P. Craig Silva Williams, Porter, Day & Neville P.C.
Donald Earl Young v. The State of Wyoming 2016 WY 70
S-15-0232 July 12, 2016
This case stems from the arrest of Donald Earl Young on the charge of driving under the influence (DUI). From the period of time when Mr. Young stopped drinking, to the point his blood alcohol level was ultimately tested, approximately one and a half hours had passed. Once tested, Mr. Young’s blood alcohol concentration was determined to be .079%, which is under the legal limit. At the trial, the State called Moss Kent, a forensic toxicologist, who testified that based on retrograde extrapolation, Mr. Young’s blood alcohol concentration at the time he was driving was between .095% and .124%, which range is above the legal limit of .08%. The jury, having been presented with two options, found Mr. Young guilty of being too intoxicated to safely operate a motor vehicle and not guilty of driving with an alcohol concentration of .08% or greater. Mr. Young appealed arguing Mr. Kent should not have been able to testify as to his retrograde blood alcohol concentration. The Wyoming Supreme Court discussed several procedural reasons to allow for the admission of the evidence, which are not legally significant. The case is significant in that it tacitly has approved retrograde extrapolation to prove blood alcohol concentration.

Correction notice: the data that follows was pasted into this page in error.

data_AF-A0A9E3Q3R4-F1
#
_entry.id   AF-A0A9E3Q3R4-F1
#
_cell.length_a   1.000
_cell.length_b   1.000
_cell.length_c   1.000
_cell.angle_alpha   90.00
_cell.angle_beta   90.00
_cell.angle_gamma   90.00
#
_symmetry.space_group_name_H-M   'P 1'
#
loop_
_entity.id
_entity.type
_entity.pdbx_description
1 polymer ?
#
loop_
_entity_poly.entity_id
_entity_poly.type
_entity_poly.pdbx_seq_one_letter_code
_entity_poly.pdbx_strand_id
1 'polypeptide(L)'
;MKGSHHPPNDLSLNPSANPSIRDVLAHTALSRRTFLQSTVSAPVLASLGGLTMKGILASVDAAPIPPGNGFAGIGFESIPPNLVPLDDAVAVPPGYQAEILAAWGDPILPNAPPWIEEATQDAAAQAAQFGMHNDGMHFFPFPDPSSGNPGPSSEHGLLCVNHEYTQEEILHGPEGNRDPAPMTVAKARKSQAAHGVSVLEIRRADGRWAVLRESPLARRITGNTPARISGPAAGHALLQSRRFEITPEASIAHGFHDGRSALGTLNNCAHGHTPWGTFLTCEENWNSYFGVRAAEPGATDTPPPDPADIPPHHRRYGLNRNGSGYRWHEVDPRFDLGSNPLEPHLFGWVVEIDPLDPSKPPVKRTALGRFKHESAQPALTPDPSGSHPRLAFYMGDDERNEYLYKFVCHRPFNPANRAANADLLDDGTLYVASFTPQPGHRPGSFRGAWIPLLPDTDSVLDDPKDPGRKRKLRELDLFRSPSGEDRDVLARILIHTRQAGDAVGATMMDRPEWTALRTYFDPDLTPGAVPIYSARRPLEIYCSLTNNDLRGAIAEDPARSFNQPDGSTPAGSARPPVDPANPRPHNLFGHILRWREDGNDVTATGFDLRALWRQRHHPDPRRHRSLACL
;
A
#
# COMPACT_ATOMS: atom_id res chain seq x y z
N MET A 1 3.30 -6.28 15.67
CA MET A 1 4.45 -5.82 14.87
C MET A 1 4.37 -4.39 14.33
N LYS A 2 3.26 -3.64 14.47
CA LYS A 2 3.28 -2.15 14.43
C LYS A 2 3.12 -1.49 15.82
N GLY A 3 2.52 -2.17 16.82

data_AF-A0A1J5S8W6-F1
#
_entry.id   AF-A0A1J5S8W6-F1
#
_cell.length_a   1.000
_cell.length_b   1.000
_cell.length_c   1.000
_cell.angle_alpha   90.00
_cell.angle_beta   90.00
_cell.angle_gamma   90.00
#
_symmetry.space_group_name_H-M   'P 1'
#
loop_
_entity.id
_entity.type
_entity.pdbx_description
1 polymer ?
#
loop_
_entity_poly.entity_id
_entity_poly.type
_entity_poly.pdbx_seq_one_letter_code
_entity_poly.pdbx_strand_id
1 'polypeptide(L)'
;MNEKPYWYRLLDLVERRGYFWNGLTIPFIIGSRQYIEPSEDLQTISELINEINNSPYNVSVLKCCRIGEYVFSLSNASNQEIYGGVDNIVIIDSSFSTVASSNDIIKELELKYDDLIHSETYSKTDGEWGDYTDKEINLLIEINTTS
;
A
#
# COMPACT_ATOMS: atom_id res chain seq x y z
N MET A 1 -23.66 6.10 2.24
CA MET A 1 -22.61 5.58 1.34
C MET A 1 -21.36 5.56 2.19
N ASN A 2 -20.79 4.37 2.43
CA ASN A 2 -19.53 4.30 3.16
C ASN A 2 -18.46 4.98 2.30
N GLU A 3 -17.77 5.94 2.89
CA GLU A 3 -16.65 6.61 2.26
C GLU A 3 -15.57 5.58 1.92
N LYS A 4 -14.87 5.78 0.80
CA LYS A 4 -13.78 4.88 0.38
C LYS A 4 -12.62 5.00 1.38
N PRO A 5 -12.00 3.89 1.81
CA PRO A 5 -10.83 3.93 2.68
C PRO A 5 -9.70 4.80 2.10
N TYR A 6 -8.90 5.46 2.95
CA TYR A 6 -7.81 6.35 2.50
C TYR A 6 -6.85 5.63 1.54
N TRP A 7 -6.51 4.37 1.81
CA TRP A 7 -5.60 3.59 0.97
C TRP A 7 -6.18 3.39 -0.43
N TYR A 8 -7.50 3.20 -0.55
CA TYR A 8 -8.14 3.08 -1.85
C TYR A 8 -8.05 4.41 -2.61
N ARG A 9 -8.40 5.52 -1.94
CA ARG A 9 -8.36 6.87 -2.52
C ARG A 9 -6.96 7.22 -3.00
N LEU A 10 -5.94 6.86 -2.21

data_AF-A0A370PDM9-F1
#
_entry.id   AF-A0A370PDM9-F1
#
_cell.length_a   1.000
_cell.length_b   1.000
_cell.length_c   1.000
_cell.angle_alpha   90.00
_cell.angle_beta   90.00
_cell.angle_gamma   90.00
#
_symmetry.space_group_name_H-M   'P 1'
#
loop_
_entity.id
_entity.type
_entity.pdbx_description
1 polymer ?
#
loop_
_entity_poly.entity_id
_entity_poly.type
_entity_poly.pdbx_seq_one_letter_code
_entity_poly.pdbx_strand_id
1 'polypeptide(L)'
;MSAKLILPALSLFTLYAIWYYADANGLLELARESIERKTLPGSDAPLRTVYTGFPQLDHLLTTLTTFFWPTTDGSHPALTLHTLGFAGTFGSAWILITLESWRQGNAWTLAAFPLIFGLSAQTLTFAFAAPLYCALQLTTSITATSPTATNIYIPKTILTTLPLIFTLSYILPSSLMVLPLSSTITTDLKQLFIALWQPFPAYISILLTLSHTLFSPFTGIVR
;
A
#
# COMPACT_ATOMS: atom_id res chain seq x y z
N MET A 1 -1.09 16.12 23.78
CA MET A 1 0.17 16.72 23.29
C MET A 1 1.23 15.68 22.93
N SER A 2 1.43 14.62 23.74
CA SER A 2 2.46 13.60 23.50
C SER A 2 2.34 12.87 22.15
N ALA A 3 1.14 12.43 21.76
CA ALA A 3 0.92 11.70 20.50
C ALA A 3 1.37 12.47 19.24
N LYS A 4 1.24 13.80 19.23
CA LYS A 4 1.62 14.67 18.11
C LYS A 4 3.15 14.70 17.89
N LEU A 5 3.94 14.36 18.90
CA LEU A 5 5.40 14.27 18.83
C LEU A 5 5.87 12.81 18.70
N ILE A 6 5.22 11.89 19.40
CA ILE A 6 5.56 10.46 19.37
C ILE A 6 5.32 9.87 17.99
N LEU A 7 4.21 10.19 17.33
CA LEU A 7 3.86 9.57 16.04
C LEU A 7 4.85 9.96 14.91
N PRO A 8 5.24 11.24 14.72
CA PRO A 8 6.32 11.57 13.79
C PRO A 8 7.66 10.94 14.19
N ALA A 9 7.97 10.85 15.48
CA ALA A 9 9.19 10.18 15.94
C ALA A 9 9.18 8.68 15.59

Ryan Russell Webster v. The State of Wyoming
2016 WY 76
August 2, 2016
Ryan Webster stole a car in Termopolis and drove it through Wyoming into Colorado, where he was arrested. He was charged in both Hot Springs and Laramie Counties as well as in Colorado. Both of the Wyoming charges were dismissed because Mr. Webster, in accordance with the Interstate Agreement on Detainers, was not brought to trial in Wyoming within 180 days. Hot Springs County refiled the charges where Mr. Webster was convicted and Mr. Webster appealed. The Wyoming Supreme Court reversed. The Wyoming Supreme Court held that the subsequent prosecution in Hot Springs County was barred by res judicata since the charges had been previously dismissed with prejudice.
Century Surety Company v. Jim Hipner, LLC and Huey Brock
2016 WY 81
August 17, 2016
This case involves a certified question from the 8th Circuit Court of Appeals. Jim Hipner, LLC obtained a policy of insurance for $2 million with Century Surety Company. There was a notification provision in the policy which required that notification of an “occurrence” be done in writing. Failure to properly provide the carrier with notice of an “occurrence” under the policy would result in an exclusion from coverage.
An “occurrence” triggering coverage transpired in North Dakota on March 31, 2011. On the day of the accident, Jim Hipner reported the claim to his primary carriers (Willis of Wyoming and Great West Casualty Company). No one, however, contacted Century Surety Company, the carrier on the umbrella policy. The injuries exceeded the primary policies. Century was not notified until...